SAN ANTONIO, Feb. 1 /PRNewswire/ -- While winter's harsh, windy weather is often to blame for dry, cracked lips, sometimes the cause of lip irritation is harder to pinpoint. In fact, several types of foods, cosmetic products, medications or even bad habits have been linked to dry lips. The key is determining the source of the irritation and modifying your daily regimen to eliminate the problem.
Speaking today at the 66th Annual Meeting of the American Academy of Dermatology, dermatologist Margaret E. Parsons, MD, FAAD, assistant clinical professor of dermatology at the University of California at Davis, discussed the most common causes of lip irritation, available treatments and preventative measures to keep lips healthy.
"When I treat a patient for dry lips, the first thing I try to determine is what this patient might be doing or not doing that could be contributing to the problem," said Dr. Parsons. "In some cases, it might be a new lipstick that contains an ingredient irritating to the skin or an anti-aging facial product that inadvertently comes in contact with the lips that could be the culprit. Or, someone might be working outdoors or participating in sports and not protecting their lips from wind and sun damage with a lip balm, especially one with sunscreen. Once we determine the cause, there are some simple, tried-and-true treatments that work well for most patients."
Dr. Parsons noted that not only can winter's outdoor elements contribute to dry, cracked lips, but the conditions indoors during this season can play a role in irritating the lips. Heat used to warm the indoor temperature dries out the air and lowers the humidity level, which can lead to dry skin and lips. At the other end of the weather spectrum, the intense summer sun can lead to sunburned or sun-irritated lips.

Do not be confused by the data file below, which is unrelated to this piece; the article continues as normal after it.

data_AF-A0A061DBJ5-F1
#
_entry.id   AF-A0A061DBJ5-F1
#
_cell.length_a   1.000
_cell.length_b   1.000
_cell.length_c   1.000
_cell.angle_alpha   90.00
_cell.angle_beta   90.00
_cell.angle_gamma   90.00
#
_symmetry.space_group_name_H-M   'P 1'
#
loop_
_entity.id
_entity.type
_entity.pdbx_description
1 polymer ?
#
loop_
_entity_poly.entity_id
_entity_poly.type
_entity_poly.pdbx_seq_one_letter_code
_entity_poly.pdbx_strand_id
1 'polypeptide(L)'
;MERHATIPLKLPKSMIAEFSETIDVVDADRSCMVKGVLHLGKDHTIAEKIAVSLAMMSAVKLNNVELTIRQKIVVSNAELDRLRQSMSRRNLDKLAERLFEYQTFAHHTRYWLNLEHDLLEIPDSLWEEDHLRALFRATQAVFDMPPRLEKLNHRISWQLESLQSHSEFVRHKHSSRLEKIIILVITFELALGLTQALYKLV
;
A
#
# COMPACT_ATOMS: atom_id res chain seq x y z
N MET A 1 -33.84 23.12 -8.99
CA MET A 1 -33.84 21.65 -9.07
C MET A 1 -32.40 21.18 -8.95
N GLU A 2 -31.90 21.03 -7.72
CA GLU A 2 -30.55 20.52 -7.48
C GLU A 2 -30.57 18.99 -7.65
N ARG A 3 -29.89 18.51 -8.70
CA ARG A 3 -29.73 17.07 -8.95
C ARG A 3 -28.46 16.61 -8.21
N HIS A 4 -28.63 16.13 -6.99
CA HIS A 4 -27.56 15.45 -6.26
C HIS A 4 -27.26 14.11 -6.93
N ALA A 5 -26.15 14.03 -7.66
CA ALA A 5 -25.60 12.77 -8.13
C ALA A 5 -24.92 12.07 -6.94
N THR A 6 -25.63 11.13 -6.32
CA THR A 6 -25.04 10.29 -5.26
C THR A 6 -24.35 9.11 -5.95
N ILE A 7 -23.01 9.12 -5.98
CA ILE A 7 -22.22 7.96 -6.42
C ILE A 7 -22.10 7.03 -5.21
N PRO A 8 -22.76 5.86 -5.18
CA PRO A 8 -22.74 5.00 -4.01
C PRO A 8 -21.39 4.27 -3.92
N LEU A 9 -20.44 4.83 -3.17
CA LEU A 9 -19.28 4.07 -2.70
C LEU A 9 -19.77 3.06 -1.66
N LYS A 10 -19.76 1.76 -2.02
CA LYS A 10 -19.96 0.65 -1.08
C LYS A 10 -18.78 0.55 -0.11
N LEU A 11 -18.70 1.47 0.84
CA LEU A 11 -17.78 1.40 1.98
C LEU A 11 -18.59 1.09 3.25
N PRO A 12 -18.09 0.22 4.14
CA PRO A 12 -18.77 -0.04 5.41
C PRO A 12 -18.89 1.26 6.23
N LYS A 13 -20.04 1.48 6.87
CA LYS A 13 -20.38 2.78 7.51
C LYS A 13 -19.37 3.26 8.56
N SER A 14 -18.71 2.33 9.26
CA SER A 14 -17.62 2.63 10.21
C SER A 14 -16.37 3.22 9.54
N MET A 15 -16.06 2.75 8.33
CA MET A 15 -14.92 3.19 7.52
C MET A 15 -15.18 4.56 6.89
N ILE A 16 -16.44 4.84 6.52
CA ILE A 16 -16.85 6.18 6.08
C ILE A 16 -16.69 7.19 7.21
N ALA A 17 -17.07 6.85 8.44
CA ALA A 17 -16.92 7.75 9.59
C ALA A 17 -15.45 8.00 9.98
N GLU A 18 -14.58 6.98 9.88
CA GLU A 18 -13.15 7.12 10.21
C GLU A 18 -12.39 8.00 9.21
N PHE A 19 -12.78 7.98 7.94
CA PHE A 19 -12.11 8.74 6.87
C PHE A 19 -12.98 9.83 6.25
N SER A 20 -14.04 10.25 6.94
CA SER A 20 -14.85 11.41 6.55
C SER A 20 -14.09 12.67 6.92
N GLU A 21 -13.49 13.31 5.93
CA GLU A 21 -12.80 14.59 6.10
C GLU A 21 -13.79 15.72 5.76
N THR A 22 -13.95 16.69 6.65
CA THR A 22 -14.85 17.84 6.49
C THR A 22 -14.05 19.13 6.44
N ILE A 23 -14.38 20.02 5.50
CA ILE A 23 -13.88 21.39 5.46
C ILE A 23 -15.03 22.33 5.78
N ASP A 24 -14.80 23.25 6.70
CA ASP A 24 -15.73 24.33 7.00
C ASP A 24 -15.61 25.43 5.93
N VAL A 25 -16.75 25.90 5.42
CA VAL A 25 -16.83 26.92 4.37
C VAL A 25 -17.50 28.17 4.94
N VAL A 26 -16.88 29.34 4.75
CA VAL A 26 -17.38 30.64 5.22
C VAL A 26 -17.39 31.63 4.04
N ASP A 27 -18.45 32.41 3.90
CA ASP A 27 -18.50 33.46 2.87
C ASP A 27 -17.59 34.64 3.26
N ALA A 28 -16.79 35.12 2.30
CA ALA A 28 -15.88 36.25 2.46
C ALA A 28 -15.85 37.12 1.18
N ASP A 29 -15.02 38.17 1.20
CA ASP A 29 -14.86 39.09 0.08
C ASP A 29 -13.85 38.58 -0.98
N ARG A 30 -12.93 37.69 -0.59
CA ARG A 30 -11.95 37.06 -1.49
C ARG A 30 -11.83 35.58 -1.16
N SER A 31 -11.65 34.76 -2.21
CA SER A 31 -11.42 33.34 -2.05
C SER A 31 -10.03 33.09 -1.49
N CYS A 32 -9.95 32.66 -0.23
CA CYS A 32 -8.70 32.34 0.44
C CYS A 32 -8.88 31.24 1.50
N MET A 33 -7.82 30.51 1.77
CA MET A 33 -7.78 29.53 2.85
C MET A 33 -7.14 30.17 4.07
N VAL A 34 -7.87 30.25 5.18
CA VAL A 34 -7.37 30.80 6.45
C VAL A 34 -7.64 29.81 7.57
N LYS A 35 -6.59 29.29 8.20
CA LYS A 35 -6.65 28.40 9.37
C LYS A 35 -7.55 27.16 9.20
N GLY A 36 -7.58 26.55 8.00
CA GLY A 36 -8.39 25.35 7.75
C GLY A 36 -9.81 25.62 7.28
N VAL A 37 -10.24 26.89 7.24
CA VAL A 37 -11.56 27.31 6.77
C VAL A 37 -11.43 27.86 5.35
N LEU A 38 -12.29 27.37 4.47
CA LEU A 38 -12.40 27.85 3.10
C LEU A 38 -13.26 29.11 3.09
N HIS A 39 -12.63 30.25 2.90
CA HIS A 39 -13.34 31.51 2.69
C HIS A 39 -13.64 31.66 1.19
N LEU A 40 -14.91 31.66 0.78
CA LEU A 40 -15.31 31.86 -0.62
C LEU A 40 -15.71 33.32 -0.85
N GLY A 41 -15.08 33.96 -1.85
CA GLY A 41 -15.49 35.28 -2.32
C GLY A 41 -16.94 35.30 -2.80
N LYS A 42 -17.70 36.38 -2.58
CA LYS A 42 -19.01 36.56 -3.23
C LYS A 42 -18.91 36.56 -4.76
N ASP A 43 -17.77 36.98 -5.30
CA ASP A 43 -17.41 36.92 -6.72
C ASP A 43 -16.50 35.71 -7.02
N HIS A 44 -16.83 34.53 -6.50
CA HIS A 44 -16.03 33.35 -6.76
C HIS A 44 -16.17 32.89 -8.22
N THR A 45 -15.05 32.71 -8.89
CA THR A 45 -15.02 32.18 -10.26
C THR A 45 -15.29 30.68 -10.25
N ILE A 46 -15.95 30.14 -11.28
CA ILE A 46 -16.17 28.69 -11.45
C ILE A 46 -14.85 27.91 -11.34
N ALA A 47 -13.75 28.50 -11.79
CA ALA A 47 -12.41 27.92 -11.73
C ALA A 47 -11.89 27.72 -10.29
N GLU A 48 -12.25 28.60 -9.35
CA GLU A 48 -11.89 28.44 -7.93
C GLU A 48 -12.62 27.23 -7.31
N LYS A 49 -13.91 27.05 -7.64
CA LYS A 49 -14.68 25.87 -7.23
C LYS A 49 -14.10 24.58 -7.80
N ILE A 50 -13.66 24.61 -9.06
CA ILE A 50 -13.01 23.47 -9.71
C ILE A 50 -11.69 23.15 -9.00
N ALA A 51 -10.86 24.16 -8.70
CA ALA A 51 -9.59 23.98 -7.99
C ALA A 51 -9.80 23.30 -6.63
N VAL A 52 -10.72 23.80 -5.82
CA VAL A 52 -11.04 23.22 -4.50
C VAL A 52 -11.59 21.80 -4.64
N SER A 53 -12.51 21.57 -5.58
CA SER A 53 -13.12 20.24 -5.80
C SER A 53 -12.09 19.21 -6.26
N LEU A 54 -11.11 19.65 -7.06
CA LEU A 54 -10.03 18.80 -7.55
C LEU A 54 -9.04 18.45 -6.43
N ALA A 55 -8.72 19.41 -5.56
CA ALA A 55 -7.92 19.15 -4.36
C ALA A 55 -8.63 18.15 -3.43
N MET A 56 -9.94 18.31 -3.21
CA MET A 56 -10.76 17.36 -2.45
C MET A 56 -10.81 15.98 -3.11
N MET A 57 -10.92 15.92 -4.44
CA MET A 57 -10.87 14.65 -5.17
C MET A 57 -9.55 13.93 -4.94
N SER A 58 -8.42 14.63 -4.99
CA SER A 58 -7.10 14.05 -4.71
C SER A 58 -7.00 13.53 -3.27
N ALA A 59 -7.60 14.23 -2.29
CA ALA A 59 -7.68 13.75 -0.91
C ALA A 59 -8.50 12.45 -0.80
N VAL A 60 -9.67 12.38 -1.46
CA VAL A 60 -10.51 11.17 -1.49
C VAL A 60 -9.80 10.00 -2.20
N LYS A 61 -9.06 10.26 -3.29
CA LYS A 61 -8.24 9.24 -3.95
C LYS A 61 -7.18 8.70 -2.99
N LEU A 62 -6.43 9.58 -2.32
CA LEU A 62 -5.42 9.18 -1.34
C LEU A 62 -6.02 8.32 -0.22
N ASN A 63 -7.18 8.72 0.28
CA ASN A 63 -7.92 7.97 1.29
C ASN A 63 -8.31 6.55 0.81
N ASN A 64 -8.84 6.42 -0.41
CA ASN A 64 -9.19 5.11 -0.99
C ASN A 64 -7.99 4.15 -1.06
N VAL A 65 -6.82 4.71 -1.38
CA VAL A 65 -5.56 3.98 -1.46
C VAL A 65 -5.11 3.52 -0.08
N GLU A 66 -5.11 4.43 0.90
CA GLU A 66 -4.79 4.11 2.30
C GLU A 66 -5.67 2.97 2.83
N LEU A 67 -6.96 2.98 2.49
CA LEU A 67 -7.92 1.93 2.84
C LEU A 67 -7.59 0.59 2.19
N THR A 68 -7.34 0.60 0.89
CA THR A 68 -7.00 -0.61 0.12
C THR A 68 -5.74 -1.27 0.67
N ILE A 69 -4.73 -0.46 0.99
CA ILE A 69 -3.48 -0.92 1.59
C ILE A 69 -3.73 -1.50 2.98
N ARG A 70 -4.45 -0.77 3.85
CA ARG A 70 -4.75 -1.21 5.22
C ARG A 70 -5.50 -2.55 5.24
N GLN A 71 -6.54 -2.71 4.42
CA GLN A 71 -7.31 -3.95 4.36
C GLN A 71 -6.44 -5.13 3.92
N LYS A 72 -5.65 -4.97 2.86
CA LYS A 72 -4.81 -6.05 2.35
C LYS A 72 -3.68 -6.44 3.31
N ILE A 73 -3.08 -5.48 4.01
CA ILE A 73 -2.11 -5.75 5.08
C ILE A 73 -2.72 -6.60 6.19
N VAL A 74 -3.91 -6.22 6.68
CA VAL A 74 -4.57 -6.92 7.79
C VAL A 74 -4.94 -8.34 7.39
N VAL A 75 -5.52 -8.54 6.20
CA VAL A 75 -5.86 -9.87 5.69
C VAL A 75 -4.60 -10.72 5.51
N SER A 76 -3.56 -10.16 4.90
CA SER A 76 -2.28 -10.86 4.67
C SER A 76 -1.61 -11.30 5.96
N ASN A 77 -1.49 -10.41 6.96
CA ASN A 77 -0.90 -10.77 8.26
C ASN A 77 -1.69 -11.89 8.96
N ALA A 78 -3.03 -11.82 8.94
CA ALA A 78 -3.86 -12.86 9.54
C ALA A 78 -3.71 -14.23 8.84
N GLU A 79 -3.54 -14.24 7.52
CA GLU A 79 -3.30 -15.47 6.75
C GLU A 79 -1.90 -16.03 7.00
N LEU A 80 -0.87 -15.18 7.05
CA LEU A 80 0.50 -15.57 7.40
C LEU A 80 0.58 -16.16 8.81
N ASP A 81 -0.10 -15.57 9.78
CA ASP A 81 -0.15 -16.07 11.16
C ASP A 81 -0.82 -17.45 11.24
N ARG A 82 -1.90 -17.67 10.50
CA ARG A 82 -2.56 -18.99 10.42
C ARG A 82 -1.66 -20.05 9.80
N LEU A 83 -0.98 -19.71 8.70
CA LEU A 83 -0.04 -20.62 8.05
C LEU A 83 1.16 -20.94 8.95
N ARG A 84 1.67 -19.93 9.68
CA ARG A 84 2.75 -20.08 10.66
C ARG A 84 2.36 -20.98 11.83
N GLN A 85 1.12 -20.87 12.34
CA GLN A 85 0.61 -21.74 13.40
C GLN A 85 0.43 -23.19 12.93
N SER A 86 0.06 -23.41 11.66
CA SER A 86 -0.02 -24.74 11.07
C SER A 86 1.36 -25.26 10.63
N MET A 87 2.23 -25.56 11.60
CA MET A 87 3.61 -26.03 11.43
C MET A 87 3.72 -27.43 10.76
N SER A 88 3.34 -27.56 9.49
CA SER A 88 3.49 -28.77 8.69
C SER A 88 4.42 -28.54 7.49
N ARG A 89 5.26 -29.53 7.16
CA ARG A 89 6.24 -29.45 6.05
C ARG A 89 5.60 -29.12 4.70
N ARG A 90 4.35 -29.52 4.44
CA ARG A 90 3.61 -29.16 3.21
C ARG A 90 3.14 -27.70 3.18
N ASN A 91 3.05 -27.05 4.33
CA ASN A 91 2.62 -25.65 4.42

"When working outdoors or engaging in sports, men and women should apply a lip balm with an SPF of 15 or higher year-round to protect their lips from sun damage," said Dr. Parsons. "By wearing lipstick -- particularly the products in recent years with sunscreen -- women have protected their lips better than men, which could explain why men have significantly more skin cancers on their lips than women."
In some cases, products that you put on your lips -- lipsticks, lip balms or the newer lip plumpers, which are applied topically to make lips appear fuller -- can cause dry or irritated lips.
"Lip plumpers often contain chemicals used to intentionally irritate the lips and make them appear fuller, such as capsaicin (derived from chili peppers), mint, or menthol, among others," explained Dr. Parsons. "For some, this irritation is mild, causing a slight swelling and fuller appearance. For others, this irritation is significant and causes painful swelling and redness."
Dr. Parsons added that the ingredient phenol used in some of the traditional lip balms and other lip products can irritate and actually contribute to further drying out the lips. Even though phenol is used in low concentrations in lip products, it is the same chemical used in deep-penetrating facial peels that removes the top layer of skin.
Spicy foods, the acid found in citrus foods and even the cut edge of a mango peel (which contains the chemical toxicodendron found in poison ivy) can burn the lips and lead to dryness and irritation. In addition, people with nut allergies could react to lip products that contain nut-based products, such as shea butter.